Stockton Considering Expanding Shotspotter Gunshot Detection System Trial
Don't Miss This
- Man Accused Of Stabbing Sacramento Woman To Death Arrested
- Old Sacramento’s Gold Rush Days Panned Because Of Drought
- Colusa Husband And Wife Arrested For Allegedly Kidnapping Teen Who Made Their Child Cry
- Dolls Lefts On Doorsteps Were Meant To Spread Cheer Not Chill
- 5 Women Who Have Been Killin’ It This Summer
Get Breaking News First
STOCKTON (CBS13) — The city of Stockton is considering expanding the use of a computer program that can pinpoint where gunshots are being fired in the city.
Shotspotter pinpoints where a shooting happened through the use of sensors that detect when shots are fired.
Stockton Police have been using the program on a small trial basis, and say they’re already seeing results.
“Since August, we’ve seen a 50 percent reduction in the amount of gunfire incidents in that area,” said Chief Eric Jones.
The department and the company’s CEO shared success stories of the trial as the police department is looking for funding to keep using and possibly expand Shotspotter’s coverage area in the city.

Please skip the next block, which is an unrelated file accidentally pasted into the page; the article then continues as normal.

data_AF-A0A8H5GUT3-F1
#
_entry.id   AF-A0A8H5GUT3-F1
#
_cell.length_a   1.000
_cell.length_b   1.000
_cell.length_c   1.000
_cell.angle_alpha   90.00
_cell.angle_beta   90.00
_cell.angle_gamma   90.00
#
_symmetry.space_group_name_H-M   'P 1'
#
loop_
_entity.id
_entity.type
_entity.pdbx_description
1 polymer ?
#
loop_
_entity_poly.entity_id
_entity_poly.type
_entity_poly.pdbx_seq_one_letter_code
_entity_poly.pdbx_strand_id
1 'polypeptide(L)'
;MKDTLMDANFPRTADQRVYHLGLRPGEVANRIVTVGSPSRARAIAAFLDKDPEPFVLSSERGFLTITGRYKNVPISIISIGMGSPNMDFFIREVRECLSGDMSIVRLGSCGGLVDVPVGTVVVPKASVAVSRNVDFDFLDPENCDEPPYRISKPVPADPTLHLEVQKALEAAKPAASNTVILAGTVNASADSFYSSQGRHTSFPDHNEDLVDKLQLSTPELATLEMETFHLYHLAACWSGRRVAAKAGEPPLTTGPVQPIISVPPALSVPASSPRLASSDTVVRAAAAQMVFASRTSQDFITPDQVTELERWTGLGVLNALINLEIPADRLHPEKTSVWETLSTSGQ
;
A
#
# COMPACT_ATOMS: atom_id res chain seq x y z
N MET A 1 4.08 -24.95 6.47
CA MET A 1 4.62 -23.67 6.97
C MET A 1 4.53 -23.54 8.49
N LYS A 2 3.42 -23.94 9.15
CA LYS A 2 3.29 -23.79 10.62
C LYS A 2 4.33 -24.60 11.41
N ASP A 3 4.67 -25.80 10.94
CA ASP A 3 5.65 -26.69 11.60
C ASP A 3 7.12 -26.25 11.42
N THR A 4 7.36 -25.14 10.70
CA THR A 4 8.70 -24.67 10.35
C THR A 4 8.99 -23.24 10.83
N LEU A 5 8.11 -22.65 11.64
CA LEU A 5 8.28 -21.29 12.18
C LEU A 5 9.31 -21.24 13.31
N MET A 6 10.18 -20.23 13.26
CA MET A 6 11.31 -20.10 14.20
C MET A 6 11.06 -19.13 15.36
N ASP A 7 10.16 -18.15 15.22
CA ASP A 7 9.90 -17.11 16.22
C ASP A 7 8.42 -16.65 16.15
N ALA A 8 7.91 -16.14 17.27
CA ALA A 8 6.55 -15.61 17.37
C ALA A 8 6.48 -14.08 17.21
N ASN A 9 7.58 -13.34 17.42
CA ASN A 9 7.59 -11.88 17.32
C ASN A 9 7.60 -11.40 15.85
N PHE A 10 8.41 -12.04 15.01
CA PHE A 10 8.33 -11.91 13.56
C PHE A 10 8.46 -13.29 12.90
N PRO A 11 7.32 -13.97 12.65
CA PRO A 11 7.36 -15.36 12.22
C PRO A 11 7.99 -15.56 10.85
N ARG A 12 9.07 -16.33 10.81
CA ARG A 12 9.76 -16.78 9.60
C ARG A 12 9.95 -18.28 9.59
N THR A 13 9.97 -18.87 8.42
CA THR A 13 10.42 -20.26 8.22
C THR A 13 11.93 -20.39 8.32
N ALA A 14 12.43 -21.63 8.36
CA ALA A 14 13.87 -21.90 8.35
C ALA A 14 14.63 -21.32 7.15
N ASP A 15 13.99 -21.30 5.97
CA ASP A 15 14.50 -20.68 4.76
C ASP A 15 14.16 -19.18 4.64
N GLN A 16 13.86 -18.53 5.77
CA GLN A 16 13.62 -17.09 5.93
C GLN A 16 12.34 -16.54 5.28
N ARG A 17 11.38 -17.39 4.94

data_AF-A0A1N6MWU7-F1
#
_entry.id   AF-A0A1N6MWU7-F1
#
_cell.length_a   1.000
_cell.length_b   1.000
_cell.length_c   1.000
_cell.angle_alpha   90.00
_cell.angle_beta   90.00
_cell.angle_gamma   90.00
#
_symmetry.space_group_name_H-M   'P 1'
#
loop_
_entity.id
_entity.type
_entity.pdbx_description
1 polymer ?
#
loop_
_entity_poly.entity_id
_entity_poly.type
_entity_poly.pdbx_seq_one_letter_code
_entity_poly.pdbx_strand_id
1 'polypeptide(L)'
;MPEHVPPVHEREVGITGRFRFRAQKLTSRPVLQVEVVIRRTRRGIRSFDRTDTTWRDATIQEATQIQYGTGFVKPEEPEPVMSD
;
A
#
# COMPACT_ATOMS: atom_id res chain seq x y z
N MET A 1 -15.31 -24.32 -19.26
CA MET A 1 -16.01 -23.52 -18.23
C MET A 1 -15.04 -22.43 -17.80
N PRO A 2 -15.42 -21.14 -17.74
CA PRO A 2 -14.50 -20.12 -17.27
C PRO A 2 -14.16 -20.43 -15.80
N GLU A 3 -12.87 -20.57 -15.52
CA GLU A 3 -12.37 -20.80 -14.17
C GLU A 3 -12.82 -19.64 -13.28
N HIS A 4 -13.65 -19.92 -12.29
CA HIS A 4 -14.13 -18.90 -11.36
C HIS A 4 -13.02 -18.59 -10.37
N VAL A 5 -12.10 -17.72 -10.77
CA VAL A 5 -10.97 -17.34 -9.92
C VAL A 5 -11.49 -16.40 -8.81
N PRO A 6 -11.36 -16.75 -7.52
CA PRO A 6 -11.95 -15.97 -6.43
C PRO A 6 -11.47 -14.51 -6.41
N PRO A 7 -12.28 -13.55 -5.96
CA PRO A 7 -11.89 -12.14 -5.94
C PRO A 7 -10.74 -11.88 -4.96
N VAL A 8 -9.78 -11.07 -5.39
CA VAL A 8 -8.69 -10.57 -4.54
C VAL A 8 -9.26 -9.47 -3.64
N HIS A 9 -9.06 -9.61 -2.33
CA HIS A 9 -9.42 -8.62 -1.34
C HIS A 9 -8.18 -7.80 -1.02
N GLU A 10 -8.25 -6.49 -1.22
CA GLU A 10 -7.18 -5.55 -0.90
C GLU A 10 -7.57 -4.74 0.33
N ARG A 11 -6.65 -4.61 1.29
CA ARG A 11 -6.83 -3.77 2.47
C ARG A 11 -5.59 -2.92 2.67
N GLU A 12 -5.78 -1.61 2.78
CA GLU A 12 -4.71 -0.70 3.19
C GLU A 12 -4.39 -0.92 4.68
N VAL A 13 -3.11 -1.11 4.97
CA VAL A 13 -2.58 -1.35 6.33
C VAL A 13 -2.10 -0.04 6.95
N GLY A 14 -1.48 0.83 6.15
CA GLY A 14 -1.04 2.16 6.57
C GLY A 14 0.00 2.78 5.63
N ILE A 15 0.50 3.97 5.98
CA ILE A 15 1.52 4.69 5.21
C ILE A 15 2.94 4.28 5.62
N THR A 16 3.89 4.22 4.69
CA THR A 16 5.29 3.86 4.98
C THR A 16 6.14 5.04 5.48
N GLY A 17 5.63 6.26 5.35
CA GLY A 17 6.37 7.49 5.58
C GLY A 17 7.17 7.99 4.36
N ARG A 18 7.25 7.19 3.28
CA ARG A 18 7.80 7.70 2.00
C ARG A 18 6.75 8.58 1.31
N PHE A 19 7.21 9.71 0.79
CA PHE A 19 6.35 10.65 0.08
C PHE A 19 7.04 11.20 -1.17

“It could be through fundraising donations, maybe through grants with the assistance in other state and federal agencies, as well as freeing up other city funds.
Shotspotter CEO Ralph Clark attended University of the Pacific and has a strong connection to the crime-ridden, bankrupt city.
“Stockton had a very soft place in my heart. We wanted to be here, in ground zero,” he said.
The detection system—which is in use in six California cities, including Oakland and Richmond—can cost up to $65,000 per square mile per year. Covering more than 60 miles of Stockton could cost more than $4 million a year.
- Stockton Man Fights Off Four Home Burglars After Being Shot In Leg
- Stockton Considered Contender For $5 Billion Tesla Motors Factory
- Stockton Residents Say Citywide Elections Don’t Represent Neighborhoods’ Voices
- Man Suspected Of Assaulting Police Officer Arrested In Stockton
- Search On In Stockton For Homeless Man With Tuberculosis